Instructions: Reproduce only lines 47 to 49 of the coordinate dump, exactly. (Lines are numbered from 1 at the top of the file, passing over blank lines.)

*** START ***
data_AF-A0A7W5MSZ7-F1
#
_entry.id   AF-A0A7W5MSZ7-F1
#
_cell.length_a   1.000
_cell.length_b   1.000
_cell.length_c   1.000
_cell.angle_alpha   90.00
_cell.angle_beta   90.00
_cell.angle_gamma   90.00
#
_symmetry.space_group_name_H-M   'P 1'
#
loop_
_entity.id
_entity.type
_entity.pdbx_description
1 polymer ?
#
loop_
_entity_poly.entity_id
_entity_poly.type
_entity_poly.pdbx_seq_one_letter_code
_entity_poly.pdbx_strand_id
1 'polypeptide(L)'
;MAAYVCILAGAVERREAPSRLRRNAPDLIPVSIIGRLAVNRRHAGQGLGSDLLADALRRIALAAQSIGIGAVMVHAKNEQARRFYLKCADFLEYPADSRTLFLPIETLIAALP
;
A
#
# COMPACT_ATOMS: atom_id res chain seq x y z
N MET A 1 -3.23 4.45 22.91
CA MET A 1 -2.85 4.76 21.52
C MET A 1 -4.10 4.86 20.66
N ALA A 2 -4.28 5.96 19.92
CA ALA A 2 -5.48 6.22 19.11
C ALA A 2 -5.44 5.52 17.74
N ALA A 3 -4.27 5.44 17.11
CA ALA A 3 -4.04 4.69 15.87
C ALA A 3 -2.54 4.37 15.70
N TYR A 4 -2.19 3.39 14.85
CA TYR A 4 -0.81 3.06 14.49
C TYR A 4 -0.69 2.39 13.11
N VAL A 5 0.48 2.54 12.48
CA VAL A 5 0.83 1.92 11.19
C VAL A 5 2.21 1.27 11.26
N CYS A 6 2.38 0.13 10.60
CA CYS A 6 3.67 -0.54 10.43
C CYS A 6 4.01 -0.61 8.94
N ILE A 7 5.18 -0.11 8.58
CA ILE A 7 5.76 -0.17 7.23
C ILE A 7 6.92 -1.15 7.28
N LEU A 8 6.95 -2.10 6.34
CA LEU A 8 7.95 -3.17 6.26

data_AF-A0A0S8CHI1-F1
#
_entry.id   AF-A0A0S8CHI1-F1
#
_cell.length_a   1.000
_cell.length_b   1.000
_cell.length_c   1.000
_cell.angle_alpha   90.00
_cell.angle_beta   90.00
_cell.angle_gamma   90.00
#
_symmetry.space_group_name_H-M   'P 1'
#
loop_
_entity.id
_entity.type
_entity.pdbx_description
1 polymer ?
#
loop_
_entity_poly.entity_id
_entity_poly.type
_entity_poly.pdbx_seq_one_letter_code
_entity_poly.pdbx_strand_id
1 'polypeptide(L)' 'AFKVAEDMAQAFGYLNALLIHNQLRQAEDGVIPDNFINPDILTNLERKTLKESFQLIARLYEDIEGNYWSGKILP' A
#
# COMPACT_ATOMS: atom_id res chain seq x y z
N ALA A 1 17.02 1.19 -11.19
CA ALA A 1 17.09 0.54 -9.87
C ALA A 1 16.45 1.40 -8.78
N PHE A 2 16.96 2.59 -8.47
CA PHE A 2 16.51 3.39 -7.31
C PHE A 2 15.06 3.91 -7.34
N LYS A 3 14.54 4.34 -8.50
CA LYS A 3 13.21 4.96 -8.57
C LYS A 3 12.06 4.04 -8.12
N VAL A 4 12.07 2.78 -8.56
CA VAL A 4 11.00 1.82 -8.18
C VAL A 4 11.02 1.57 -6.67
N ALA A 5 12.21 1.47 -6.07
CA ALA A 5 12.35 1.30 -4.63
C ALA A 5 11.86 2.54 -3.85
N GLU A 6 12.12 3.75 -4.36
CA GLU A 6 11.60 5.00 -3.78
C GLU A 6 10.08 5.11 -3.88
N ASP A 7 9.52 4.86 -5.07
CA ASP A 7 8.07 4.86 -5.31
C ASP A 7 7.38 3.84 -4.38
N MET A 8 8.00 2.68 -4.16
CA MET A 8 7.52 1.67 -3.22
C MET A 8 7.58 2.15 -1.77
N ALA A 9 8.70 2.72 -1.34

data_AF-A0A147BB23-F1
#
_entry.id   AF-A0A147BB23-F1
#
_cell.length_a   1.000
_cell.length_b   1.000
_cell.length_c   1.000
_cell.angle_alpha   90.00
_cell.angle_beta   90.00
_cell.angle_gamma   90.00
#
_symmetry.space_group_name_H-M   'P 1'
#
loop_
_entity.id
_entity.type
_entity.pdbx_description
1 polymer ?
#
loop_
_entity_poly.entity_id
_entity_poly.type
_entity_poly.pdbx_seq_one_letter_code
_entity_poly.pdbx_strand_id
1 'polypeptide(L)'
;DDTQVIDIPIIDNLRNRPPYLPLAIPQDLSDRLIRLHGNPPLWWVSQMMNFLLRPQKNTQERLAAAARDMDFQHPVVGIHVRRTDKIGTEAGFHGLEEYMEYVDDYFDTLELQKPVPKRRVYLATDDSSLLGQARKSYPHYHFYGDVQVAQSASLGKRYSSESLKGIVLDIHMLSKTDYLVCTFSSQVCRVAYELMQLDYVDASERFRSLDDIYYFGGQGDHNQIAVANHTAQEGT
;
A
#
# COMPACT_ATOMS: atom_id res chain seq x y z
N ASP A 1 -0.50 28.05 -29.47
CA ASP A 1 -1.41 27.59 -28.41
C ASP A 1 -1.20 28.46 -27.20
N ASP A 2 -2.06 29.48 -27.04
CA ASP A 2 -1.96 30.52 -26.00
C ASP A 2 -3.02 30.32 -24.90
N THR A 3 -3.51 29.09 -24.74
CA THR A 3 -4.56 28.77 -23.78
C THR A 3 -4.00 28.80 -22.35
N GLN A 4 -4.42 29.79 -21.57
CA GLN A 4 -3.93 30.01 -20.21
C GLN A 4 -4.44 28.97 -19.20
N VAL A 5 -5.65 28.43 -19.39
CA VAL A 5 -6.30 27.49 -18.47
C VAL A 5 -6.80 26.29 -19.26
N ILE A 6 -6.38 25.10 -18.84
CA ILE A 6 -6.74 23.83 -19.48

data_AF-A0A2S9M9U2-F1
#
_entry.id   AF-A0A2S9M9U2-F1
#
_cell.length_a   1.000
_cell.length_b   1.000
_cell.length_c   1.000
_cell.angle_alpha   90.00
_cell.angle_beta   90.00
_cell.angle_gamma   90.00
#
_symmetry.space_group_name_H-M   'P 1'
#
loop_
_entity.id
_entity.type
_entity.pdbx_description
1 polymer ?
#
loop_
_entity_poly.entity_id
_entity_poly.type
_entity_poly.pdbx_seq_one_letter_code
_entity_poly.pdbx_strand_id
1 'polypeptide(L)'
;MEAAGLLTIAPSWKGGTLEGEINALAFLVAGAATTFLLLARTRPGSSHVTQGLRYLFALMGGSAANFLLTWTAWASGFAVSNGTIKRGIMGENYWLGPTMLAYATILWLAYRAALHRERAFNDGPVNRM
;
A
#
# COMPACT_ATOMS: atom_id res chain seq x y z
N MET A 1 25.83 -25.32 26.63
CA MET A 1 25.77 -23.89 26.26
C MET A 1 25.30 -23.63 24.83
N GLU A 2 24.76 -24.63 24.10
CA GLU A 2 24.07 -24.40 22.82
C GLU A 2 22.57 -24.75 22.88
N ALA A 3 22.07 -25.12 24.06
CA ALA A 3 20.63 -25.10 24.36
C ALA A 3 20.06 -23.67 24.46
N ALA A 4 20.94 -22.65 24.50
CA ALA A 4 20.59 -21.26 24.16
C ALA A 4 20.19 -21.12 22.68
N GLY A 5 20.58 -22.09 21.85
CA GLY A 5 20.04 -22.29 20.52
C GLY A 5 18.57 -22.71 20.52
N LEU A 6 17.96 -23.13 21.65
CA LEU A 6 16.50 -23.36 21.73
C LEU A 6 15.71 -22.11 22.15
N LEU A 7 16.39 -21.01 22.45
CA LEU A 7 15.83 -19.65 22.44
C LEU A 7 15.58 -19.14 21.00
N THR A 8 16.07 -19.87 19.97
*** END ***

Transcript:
CA CYS A 6 3.67 -0.54 10.43
C CYS A 6 4.01 -0.61 8.94
N ILE A 7 5.18 -0.11 8.58